Standup For Journalism is a new comedy night designed to help start a conversation about the job of journalism in a digital society.
It’s been created by journalist Kirsty Styles to see whether journalists making people laugh with them can help us all talk more about what we want journalism to do.
It’s no secret that journalism has an image problem, something that was described not-even-ironically by the outgoing editor of the Daily Mail Paul Dacre in 2018, demonstrated by the fact that journalists are trusted less than estate agents. Why on earth would anyone want to be one?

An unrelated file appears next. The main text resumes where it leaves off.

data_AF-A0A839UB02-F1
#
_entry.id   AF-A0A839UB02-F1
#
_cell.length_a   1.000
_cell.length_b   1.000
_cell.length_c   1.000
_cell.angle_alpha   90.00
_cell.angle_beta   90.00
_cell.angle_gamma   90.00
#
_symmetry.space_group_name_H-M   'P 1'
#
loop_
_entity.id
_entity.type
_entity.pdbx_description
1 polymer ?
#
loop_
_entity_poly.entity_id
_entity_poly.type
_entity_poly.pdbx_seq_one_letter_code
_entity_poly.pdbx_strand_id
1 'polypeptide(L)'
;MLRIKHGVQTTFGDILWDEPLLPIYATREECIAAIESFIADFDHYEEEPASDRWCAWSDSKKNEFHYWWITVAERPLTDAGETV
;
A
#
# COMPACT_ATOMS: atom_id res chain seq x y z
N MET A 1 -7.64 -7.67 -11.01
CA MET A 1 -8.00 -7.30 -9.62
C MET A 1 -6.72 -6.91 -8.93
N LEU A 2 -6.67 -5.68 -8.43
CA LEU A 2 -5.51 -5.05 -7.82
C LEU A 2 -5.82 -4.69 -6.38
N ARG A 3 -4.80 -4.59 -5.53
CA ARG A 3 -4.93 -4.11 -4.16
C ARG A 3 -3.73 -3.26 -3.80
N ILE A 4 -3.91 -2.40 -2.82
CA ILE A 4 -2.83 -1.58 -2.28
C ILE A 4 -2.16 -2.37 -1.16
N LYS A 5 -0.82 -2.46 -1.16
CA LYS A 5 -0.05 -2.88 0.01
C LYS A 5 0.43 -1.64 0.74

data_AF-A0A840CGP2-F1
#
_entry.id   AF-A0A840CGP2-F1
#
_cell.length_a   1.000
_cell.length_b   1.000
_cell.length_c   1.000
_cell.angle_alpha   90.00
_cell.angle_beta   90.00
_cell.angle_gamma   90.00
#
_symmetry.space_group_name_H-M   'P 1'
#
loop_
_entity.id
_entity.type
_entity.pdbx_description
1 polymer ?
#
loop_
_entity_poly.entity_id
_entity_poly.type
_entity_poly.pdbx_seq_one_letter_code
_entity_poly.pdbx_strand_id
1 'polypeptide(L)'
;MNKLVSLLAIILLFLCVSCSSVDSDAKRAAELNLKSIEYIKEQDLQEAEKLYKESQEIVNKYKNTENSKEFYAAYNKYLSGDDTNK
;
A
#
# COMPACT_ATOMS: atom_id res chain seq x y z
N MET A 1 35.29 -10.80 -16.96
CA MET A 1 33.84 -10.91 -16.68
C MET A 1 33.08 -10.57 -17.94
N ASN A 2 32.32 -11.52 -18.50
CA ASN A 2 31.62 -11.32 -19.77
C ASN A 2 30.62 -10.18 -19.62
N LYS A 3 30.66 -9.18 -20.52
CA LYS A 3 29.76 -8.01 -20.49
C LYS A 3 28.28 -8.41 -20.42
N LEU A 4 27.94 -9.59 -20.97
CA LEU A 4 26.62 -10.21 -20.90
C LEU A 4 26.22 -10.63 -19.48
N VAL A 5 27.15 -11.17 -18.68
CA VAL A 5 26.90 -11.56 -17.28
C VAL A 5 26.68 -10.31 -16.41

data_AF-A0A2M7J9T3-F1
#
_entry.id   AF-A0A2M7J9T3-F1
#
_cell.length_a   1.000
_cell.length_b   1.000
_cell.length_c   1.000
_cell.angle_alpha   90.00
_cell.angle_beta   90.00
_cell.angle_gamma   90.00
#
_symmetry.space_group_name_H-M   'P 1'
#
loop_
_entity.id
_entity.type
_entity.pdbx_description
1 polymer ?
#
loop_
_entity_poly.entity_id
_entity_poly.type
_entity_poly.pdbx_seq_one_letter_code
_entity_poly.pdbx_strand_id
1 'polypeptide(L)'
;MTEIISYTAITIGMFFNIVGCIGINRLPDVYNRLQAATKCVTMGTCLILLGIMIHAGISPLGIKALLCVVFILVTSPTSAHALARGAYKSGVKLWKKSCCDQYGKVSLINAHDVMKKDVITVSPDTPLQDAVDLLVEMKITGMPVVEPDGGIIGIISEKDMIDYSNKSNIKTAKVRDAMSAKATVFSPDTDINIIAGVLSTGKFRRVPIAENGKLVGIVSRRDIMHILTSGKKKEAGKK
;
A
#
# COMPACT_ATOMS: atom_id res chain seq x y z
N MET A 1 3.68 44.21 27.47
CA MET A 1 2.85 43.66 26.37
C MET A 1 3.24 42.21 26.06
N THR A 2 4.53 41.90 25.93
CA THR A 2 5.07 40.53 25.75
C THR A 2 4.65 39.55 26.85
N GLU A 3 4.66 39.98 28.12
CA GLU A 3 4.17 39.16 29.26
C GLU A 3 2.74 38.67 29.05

While we might not trust journalists, we certainly love comedy. It was the top podcast genre in 2018, standup is booming on Netflix and top comedians get paid in the tens of millions of pounds, according to Forbes. In fact, US comedian Jon Stewart was once voted the ‘most trusted newscaster’ in America. No joke.
With help from the highly successful Bright Club academic comedy network, the Standup For Journalism pilot will train people that work in journalism to tell jokes, ending with a live performance.
Getting public support, by telling the human stories of people working in the media, may be crucial to securing the future of an industry that’s in trouble.
Keen to see what journalists have to say?
Get tickets for the public performance here. Money raised from ticket sales will now go to the Lyra McKee memorial crowdfund. She was a dedicated young journalist who was killed while trying to understand the riots happening in Derry.